Verdict reached in trial of deportee accused of DUI crash, injuring boy

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SAN DIEGO - A jury Tuesday deadlocked on felony hit-and-run and DUI charges in the trial of an oft-deported Mexican citizen accused of driving drunk and causing a crash in San Ysidro that seriously injured a 6-year-old boy.

Jurors however, convicted 39-year-old Constantino Banda of misdemeanor vandalism, battery and driving without a license.

"They heard the evidence, they considered it, there were a few jurors that did not feel they were fully convinced beyond a reasonable doubt as to his guilt," said Christopher Chandler District Attorney.

Chandler said the jury deadlocked 8 to 4 when it came to felony charges of hit and run and other DUI charges.

“We just felt like we were so close," said Ingrid Lake.

Lake is the mother of 6-year old Lennox Lake who suffered major head injuries in the crash.

The Lakes said they had prepared for the day, but in many ways still found it painful.

"It’s hard to just walk away from like there’s nothing at the end of the day and we have to start over," said Benjamin Lake, Lennox's Father.  "It’s interesting they can find guilty for battery, but not link it to the rest of the case that’s hard for me."

Banda's attorney maintained during the trial that Banda wasn't behind the wheel at the time of the collision that injured Lennox Lake. But Deputy District Attorney Christopher Chandler said in his opening statement that Banda was driving when his truck blew through a stop sign at Camino de la Plaza and Dairy Mart Road and T-boned a Honda Accord carrying the 6-year-old and his parents as they returned home from a day at Disneyland.

Chandler said Banda, his brother and a man who worked for the defendant, Jorge Adame Ariza, had been at a Chula Vista seafood restaurant/bar watching a boxing match before the crash, which occurred about 11:20 p.m. on May 6.

Banda's estranged wife and her friend were also at the eatery, and the defendant flattened the tires on the friend's vehicle and another car before leaving, the prosecutor said. The defendant also grabbed the friend of his estranged wife, and a bystander who intervened got into a fistfight with Banda, according to Chandler.

Constantino "Manuel" Banda Acosta

Adame drove away with Banda in the passenger seat, but Adame told police that Banda was behind the wheel when the accident occurred about a half-hour later, Chandler told the jury.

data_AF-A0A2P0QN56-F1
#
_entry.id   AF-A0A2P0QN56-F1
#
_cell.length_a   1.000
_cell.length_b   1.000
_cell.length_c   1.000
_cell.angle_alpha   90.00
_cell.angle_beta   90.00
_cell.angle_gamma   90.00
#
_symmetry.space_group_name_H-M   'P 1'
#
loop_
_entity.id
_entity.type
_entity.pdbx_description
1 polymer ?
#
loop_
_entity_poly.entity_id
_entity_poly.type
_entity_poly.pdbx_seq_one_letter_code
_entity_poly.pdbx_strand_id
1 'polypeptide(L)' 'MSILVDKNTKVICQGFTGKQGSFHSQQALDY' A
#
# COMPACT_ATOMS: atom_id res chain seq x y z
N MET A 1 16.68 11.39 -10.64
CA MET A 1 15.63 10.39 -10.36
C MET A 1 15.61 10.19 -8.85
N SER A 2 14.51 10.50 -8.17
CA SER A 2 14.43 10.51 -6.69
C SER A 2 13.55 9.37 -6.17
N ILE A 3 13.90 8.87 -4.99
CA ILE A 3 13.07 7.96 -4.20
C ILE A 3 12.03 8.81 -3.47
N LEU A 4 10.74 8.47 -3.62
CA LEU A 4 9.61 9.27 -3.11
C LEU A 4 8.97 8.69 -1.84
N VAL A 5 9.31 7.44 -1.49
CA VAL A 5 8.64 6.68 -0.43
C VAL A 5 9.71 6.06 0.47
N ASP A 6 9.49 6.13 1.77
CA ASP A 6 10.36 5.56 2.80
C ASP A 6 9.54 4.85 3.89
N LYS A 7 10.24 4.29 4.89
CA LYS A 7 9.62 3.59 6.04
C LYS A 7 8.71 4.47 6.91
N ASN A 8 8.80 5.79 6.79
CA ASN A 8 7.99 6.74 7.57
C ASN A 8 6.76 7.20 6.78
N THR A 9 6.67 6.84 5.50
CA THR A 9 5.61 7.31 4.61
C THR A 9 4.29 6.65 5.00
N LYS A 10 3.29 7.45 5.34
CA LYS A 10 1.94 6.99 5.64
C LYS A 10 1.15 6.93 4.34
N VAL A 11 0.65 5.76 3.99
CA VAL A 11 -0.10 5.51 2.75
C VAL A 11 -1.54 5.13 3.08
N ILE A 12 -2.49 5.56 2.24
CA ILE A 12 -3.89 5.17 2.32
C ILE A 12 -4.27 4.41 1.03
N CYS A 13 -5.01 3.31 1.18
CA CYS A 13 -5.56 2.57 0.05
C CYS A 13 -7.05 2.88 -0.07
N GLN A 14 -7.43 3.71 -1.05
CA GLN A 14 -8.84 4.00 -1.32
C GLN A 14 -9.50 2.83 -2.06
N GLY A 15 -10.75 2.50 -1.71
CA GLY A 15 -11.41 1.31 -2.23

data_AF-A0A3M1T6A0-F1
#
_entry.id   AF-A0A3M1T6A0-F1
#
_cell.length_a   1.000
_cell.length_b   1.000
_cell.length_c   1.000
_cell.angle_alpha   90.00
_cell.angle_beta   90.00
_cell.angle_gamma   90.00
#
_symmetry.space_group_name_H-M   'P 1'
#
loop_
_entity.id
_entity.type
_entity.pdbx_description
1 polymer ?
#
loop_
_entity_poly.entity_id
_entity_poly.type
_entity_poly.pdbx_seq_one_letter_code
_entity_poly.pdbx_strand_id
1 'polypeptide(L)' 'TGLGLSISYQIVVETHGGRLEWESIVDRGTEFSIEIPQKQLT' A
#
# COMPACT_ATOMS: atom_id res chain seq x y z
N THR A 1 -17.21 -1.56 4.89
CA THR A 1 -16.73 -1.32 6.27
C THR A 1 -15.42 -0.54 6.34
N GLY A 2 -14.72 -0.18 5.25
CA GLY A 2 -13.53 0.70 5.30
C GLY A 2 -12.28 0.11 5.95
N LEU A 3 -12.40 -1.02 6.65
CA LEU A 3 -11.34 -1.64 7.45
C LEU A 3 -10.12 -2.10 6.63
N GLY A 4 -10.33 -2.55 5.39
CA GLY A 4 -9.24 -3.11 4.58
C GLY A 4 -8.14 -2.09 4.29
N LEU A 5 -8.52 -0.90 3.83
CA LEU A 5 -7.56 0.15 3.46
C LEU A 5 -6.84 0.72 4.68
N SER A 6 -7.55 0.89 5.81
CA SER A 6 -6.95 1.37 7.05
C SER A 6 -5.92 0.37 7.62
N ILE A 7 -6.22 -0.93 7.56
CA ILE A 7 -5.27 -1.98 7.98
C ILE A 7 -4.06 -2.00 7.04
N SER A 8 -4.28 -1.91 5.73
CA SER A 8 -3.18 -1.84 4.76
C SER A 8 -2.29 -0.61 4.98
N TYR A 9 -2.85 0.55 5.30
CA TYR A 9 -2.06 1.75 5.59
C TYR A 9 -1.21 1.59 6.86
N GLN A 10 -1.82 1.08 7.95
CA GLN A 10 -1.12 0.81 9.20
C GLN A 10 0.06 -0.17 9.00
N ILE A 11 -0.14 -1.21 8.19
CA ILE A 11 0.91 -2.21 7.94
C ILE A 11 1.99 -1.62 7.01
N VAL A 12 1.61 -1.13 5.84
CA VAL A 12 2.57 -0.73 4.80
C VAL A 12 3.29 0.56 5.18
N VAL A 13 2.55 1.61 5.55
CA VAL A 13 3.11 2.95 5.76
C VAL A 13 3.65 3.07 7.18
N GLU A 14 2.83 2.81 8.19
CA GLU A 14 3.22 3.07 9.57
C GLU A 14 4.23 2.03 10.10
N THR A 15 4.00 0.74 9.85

When Border Patrol agents found Banda's truck parked on a street not far from the crash scene, he was in the driver's seat. The defendant failed a number of field sobriety tests and his blood-alcohol content was measured at more than .15 percent, the prosecutor said.

Investigators looked at Banda's body and found seat belt markings that indicated he had been driving the truck at the time of the collision, according to the prosecutor.

But Deputy Public Defender Juliana Humphrey said police made up their mind quickly that Banda was the driver who plowed into the Lake family. Later, evidence was developed that showed Adame was the driver of the truck at the time of the accident, Humphrey told the jury.

Humphrey conceded that Banda popped the tires in the restaurant parking lot so his wife would have to go home with him.

The attorney alleged that Adame -- who was given immunity to testify -- lied and gave inconsistent statements to police.

Humphrey said Adame -- who had only been in the United States for 14 months -- got confused and first headed south before turning around near the border and driving north before getting into the accident with the Lake family.

Lennox just started the first grade.  His mother said he's doing his best to cope, but it's still a struggle.

“We found a special program that allows him to do most of his schooling at home try to slowly integrate him into a classroom setting with kids, but it’s tough," said Lake.

Federal authorities said Banda has been deported at least 15 times over the past 15 years.

South Bay Judge Stephanie Sontag declared a mistrial on the felony counts and set a status conference for Sept. 18.

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